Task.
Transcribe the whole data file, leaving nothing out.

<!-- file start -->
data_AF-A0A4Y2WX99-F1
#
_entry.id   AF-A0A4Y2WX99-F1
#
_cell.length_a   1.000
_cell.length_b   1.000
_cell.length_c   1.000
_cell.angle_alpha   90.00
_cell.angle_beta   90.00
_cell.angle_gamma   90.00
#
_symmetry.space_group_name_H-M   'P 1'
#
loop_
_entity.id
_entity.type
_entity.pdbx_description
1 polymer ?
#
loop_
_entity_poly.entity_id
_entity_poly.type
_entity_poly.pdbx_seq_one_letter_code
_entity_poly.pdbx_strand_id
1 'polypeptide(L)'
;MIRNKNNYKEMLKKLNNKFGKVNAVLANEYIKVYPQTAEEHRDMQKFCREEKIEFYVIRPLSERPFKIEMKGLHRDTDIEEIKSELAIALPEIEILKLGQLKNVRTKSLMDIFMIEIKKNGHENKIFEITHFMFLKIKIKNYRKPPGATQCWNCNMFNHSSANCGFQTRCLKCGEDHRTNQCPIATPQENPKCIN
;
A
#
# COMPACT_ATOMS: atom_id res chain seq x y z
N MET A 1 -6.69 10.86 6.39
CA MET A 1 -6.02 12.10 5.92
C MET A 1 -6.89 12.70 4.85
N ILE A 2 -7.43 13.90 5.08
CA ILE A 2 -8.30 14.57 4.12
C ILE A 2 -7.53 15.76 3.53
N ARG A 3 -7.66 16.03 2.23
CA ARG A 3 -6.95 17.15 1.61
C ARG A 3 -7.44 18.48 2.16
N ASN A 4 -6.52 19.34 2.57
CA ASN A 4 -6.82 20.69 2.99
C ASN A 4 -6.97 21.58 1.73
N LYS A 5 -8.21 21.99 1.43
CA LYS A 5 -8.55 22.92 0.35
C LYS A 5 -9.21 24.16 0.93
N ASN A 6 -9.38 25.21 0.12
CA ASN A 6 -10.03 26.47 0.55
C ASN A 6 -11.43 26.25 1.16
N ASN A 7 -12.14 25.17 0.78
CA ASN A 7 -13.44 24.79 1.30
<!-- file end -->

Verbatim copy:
data_AF-A0A4Y2WX99-F1
#
_entry.id   AF-A0A4Y2WX99-F1
#
_cell.length_a   1.000
_cell.length_b   1.000
_cell.length_c   1.000
_cell.angle_alpha   90.00
_cell.angle_beta   90.00
_cell.angle_gamma   90.00
#
_symmetry.space_group_name_H-M   'P 1'
#
loop_
_entity.id
_entity.type
_entity.pdbx_description
1 polymer ?
#
loop_
_entity_poly.entity_id
_entity_poly.type
_entity_poly.pdbx_seq_one_letter_code
_entity_poly.pdbx_strand_id
1 'polypeptide(L)'
;MIRNKNNYKEMLKKLNNKFGKVNAVLANEYIKVYPQTAEEHRDMQKFCREEKIEFYVIRPLSERPFKIEMKGLHRDTDIEEIKSELAIALPEIEILKLGQLKNVRTKSLMDIFMIEIKKNGHENKIFEITHFMFLKIKIKNYRKPPGATQCWNCNMFNHSSANCGFQTRCLKCGEDHRTNQCPIATPQENPKCIN
;
A
#
# COMPACT_ATOMS: atom_id res chain seq x y z
N MET A 1 -6.69 10.86 6.39
CA MET A 1 -6.02 12.10 5.92
C MET A 1 -6.89 12.70 4.85
N ILE A 2 -7.43 13.90 5.08
CA ILE A 2 -8.30 14.57 4.12
C ILE A 2 -7.53 15.76 3.53
N ARG A 3 -7.66 16.03 2.23
CA ARG A 3 -6.95 17.15 1.61
C ARG A 3 -7.44 18.48 2.16
N ASN A 4 -6.52 19.34 2.57
CA ASN A 4 -6.82 20.69 2.99
C ASN A 4 -6.97 21.58 1.73
N LYS A 5 -8.21 21.99 1.43
CA LYS A 5 -8.55 22.92 0.35
C LYS A 5 -9.21 24.16 0.93
N ASN A 6 -9.38 25.21 0.12
CA ASN A 6 -10.03 26.47 0.55
C ASN A 6 -11.43 26.25 1.16
N ASN A 7 -12.14 25.17 0.78
CA ASN A 7 -13.44 24.79 1.30